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State funding forces Southeast to cut jobs

CHEROKEE, Kan. – Frustration and sorrow have fueled recent school board meetings as USD 247 Southeast faces a $700,000 drop in state funding for the next school year. Sixteen current staff positions will not be brought back for 2017-18 as the district continues to adapt to being a smaller school district.

“Right now our district enrollment is in the middle of the pack compared to other Kansas school districts, and even when we finally level off, there will still be 100 districts smaller than us – some in our corner of the state,” Superintendent Dr. Brad Miner says. “We have a great school district and because of our size we’re able to provide a personalized experience. What we have to do is get our budget in line with our size as we transition to being a smaller district.”

“It is what it is – I get it,” one employee recently told Dr. Miner after learning their position was being eliminated.

“Yes, but it stinks,” Dr. Miner replied. “It really stinks.”

For decades the school district has seen a decline in enrollment. In 1966-67, there were 361 high school students in the district. In 2016-17, Southeast High School had 184 students.

However, the decline in enrollment has slowed and school officials expect enrollment to soon level off. The past several years incoming Kindergarten classes have consistently hovered around 30 students and school officials expect the district to eventually hold at around 400 K-12 students districtwide – 120 of them at the high school level, making SHS a KSHSAA Class 2-A school.

“The block grant formula used old enrollment numbers, so maximum allowed funding was frozen even though enrollment declined,” says Southeast representative Chris Wilson. “This gave time to allow staff to leave on their own through retirement or to seek opportunities elsewhere, usually closer to their own hometown.”

Two years ago, only two positions were replaced when nine staff members retired or resigned. This year, five staff members took early retirement. Another 17 teachers are eligible for early retirement over the next nine years, and that does not include support staff.

“We hoped we’d be able to continue to reduce staffing naturally through attrition, but that’s not going to happen,” Wilson says.

The new school formula proposed by state legislatures for this coming school year returns to a per pupil basis and rolls three years worth of enrollment decline at Southeast into a single year’s worth of drop in funding, a total of about $700,000. Just a few weeks ago the district learned their health insurance will increase nearly 20%, close to another $100,000. That means the district has to reduce $800,000 from its budget for the upcoming 2017-18 school year.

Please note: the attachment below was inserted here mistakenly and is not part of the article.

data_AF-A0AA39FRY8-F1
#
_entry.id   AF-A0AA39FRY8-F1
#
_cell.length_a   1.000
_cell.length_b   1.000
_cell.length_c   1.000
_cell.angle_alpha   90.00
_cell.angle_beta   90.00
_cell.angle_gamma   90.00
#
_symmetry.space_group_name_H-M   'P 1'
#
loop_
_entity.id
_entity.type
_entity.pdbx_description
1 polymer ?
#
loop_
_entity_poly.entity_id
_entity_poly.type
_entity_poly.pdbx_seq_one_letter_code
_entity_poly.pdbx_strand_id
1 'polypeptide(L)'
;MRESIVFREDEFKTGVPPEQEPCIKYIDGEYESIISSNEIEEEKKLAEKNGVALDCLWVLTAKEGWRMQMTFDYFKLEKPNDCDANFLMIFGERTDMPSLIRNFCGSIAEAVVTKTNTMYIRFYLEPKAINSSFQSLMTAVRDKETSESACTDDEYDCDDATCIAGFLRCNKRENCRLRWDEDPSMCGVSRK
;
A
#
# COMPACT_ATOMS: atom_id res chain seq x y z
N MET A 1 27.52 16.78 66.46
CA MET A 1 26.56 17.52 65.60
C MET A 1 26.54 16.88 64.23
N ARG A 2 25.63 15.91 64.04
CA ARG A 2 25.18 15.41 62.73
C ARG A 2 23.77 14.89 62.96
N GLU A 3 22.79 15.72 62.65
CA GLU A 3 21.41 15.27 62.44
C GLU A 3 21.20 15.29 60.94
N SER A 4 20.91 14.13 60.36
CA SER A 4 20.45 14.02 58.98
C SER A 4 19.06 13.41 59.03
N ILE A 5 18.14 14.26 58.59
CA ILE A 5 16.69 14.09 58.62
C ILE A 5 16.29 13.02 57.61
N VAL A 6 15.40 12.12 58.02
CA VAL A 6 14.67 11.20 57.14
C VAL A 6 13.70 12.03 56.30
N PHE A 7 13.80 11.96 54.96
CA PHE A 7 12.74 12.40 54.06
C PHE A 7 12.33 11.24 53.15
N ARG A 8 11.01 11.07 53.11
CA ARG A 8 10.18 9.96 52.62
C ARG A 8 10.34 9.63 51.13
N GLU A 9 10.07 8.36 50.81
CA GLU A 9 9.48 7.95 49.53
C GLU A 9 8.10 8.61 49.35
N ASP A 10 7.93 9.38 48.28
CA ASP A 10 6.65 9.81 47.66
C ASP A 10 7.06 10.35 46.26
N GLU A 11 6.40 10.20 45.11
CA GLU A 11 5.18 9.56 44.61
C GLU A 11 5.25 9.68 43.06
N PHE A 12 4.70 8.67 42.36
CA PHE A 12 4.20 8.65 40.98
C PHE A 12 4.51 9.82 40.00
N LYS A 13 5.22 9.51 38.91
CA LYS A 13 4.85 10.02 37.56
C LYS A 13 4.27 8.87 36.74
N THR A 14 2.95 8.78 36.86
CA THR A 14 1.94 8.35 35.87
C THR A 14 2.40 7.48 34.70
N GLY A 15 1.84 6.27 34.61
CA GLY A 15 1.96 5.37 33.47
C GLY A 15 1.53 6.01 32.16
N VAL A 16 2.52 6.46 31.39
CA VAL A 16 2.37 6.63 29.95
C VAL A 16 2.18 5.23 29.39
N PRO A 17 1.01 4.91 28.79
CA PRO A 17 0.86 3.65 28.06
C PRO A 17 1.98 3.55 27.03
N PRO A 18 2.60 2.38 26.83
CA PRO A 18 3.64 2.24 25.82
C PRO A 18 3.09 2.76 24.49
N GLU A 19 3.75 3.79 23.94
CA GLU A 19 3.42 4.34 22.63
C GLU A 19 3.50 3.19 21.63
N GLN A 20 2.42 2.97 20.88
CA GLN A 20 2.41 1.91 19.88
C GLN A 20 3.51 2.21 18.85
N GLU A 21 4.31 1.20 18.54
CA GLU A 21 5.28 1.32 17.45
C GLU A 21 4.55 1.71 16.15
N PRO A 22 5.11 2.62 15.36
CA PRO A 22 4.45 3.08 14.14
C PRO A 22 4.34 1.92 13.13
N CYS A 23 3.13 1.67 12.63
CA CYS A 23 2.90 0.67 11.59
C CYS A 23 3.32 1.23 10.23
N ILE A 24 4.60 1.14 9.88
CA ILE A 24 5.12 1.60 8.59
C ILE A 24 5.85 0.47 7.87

Should legislatures choose to provide some “hold harmless” funding at the last minute this year, Dr. Miner says that might allow more natural attrition to occur as Southeast continues to work to reduce operating expenses until enrollment levels off.

Through the combination of shuffling some expenses out of the General Fund, the savings of other miscellaneous expenses, and with five staff members taking early retirement and their positions not being replaced, the district freed up about $400,000. Eight support staff learned last week their positions would not be renewed.

“Administrators and teachers worked together to provide input to the board on a process to use for determining a reduction in force,” Dr. Miner says. “We worked together to find the best solution in what has been a difficult situation.”

The district is required to notify teachers of its intent to not renew by the 3rd Friday of May – the 19th this year – but Dr. Miner wanted to give everyone as much notice as possible. In a special board meeting on May 10, the school board voted their intent to not renew four teachers.

“They now have an opportunity to appeal, then the final resolutions wouldn’t take place until the next board meeting,” Dr. Miner explains. “This is our intent to notify them that they will not be renewed.”

Retiring are custodian Carolyn Hobson, Maintenance Lead Brent Imhof, and teachers Ann Cook, Debra Lindbloom and Kathy Spahn. Support staff positions not being renewed for the 2017-18 school year are Maintenance worker Kelly Bliss, Transportation Agent Ray Whitlock, Communications Agent Chris Wilson, and Paras Magarah Charlton, Paula Dey, Terri Jones, Colleen Renn, and Carla Thompson.

“At Southeast, our students come first,” Dr. Miner says, “and we will continue to invest in today’s Lancers, always with an eye towards the future, while remaining within the means provided by our elected officials.”

USD 247 District wide enrollment trend

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